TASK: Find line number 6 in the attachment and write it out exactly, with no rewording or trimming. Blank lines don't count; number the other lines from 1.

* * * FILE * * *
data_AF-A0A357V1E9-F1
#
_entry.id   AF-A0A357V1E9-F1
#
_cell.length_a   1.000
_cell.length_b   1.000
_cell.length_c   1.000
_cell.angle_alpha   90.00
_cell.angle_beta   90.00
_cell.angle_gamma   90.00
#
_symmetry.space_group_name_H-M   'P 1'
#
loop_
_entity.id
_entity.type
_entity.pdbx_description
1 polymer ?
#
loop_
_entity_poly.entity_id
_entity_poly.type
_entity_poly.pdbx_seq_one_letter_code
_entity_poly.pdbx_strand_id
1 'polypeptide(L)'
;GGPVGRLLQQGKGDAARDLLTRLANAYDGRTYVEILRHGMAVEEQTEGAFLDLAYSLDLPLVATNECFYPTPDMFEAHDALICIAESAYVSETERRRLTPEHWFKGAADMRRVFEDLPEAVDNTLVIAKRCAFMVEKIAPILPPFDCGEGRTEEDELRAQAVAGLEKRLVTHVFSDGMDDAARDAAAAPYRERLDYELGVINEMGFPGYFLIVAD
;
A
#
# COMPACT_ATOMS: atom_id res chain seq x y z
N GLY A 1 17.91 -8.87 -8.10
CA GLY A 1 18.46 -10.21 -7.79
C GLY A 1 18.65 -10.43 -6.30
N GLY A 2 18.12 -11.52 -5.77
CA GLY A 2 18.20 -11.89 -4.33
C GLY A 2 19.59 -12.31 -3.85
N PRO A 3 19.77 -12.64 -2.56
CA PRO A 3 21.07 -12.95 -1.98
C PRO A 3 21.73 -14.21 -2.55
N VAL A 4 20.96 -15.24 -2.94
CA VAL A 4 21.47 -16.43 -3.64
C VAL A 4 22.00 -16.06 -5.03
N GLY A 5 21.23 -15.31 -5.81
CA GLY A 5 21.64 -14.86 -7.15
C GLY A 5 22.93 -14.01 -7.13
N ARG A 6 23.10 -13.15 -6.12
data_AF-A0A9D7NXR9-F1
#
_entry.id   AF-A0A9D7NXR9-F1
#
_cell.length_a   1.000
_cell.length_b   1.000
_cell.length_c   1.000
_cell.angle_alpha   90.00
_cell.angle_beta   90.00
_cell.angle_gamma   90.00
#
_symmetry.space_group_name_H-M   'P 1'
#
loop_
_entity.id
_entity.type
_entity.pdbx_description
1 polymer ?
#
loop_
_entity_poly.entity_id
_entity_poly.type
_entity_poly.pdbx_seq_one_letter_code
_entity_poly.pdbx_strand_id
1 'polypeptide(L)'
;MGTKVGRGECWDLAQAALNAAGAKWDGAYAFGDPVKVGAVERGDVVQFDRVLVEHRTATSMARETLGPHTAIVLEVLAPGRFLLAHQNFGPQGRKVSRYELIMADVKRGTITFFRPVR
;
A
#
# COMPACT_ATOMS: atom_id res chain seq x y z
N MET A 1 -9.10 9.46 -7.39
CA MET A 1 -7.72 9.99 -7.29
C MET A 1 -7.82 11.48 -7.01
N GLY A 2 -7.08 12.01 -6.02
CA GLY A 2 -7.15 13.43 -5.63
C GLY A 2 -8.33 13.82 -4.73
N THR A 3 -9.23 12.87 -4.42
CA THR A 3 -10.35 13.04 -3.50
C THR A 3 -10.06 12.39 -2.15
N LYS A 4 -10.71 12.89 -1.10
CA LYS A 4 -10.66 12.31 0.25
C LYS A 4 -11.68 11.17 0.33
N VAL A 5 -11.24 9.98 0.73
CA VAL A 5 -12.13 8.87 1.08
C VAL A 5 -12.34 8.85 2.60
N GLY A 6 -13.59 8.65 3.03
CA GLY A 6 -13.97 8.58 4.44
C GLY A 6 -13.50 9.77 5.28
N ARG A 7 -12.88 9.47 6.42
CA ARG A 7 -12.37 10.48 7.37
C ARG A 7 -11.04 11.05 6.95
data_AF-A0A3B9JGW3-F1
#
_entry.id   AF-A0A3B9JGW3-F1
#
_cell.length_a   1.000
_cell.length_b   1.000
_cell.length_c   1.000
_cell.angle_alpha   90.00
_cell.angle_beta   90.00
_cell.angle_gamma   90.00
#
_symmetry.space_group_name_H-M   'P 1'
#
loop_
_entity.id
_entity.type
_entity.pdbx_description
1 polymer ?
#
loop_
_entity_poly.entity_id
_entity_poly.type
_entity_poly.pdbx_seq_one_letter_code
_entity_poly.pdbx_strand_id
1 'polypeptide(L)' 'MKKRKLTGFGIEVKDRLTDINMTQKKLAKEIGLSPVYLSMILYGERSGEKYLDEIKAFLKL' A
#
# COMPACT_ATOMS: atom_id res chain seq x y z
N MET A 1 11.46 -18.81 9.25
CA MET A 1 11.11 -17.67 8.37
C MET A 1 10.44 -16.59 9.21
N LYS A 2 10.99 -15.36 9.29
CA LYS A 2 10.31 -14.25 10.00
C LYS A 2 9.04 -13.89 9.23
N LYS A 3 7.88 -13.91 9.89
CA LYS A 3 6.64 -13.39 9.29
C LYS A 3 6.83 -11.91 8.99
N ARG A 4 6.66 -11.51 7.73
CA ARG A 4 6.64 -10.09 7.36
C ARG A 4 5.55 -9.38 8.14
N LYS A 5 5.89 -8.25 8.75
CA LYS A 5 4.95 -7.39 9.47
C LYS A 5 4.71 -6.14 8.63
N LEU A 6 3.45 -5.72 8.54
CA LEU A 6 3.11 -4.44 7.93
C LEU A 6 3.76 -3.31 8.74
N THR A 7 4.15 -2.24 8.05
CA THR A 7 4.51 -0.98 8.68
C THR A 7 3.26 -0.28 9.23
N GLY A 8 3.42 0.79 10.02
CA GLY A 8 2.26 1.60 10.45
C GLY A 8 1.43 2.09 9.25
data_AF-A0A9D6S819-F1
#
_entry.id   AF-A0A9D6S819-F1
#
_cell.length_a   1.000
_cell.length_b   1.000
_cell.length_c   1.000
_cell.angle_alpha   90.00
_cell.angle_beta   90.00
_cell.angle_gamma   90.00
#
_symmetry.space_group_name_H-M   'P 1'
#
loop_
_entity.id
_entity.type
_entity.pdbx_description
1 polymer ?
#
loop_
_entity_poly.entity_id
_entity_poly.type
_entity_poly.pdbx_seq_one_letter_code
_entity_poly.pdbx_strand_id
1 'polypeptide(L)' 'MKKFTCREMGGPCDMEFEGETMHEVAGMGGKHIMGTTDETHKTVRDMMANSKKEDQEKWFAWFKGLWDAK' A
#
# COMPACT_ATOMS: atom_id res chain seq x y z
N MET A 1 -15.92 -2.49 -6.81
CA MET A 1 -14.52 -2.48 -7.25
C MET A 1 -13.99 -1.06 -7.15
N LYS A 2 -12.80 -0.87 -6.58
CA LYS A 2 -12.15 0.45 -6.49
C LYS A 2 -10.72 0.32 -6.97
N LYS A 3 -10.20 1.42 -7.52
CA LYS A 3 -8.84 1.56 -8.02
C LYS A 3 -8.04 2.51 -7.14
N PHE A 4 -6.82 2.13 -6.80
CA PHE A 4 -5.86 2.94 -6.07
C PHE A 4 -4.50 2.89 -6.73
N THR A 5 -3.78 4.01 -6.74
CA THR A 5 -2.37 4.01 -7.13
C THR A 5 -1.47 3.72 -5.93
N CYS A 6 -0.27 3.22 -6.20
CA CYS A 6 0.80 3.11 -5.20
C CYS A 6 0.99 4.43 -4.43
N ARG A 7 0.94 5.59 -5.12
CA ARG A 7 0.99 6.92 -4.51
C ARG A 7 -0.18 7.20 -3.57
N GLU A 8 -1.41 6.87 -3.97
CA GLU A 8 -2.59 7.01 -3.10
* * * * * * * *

_cell.length_b   1.000